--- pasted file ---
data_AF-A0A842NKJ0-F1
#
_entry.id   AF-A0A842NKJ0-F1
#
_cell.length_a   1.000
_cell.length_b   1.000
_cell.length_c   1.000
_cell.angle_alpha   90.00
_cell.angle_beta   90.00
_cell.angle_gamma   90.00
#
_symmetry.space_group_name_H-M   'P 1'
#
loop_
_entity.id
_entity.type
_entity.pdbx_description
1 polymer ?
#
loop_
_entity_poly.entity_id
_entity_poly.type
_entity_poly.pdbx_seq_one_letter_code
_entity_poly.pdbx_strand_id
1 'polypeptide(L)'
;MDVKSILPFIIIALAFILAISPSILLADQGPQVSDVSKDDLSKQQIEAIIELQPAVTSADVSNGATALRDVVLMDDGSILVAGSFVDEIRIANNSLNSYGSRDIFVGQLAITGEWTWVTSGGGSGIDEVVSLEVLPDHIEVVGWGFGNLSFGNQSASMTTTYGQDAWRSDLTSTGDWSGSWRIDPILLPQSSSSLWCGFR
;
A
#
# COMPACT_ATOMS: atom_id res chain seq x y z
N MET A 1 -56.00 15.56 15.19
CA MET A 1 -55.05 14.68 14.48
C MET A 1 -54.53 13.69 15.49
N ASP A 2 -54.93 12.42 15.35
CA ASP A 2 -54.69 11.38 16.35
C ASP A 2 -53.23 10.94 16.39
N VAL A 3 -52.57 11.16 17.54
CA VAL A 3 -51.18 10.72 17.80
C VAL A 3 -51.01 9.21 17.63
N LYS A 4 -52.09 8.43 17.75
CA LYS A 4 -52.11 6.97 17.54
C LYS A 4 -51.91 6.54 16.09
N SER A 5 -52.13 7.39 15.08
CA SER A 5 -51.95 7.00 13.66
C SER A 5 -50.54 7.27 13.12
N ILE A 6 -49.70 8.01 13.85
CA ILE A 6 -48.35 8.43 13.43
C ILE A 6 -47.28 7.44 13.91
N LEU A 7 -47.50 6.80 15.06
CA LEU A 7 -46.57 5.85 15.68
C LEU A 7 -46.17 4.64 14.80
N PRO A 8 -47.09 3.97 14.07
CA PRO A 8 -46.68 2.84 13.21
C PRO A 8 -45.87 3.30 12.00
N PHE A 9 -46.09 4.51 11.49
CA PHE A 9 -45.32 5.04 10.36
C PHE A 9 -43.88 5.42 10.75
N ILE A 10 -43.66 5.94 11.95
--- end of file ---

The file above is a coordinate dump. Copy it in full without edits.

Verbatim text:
data_AF-A0A842NKJ0-F1
#
_entry.id   AF-A0A842NKJ0-F1
#
_cell.length_a   1.000
_cell.length_b   1.000
_cell.length_c   1.000
_cell.angle_alpha   90.00
_cell.angle_beta   90.00
_cell.angle_gamma   90.00
#
_symmetry.space_group_name_H-M   'P 1'
#
loop_
_entity.id
_entity.type
_entity.pdbx_description
1 polymer ?
#
loop_
_entity_poly.entity_id
_entity_poly.type
_entity_poly.pdbx_seq_one_letter_code
_entity_poly.pdbx_strand_id
1 'polypeptide(L)'
;MDVKSILPFIIIALAFILAISPSILLADQGPQVSDVSKDDLSKQQIEAIIELQPAVTSADVSNGATALRDVVLMDDGSILVAGSFVDEIRIANNSLNSYGSRDIFVGQLAITGEWTWVTSGGGSGIDEVVSLEVLPDHIEVVGWGFGNLSFGNQSASMTTTYGQDAWRSDLTSTGDWSGSWRIDPILLPQSSSSLWCGFR
;
A
#
# COMPACT_ATOMS: atom_id res chain seq x y z
N MET A 1 -56.00 15.56 15.19
CA MET A 1 -55.05 14.68 14.48
C MET A 1 -54.53 13.69 15.49
N ASP A 2 -54.93 12.42 15.35
CA ASP A 2 -54.69 11.38 16.35
C ASP A 2 -53.23 10.94 16.39
N VAL A 3 -52.57 11.16 17.54
CA VAL A 3 -51.18 10.72 17.80
C VAL A 3 -51.01 9.21 17.63
N LYS A 4 -52.09 8.43 17.75
CA LYS A 4 -52.11 6.97 17.54
C LYS A 4 -51.91 6.54 16.09
N SER A 5 -52.13 7.39 15.08
CA SER A 5 -51.95 7.00 13.66
C SER A 5 -50.54 7.27 13.12
N ILE A 6 -49.70 8.01 13.85
CA ILE A 6 -48.35 8.43 13.43
C ILE A 6 -47.28 7.44 13.91
N LEU A 7 -47.50 6.80 15.06
CA LEU A 7 -46.57 5.85 15.68
C LEU A 7 -46.17 4.64 14.80
N PRO A 8 -47.09 3.97 14.07
CA PRO A 8 -46.68 2.84 13.21
C PRO A 8 -45.87 3.30 12.00
N PHE A 9 -46.09 4.51 11.49
CA PHE A 9 -45.32 5.04 10.36
C PHE A 9 -43.88 5.42 10.75
N ILE A 10 -43.66 5.94 11.95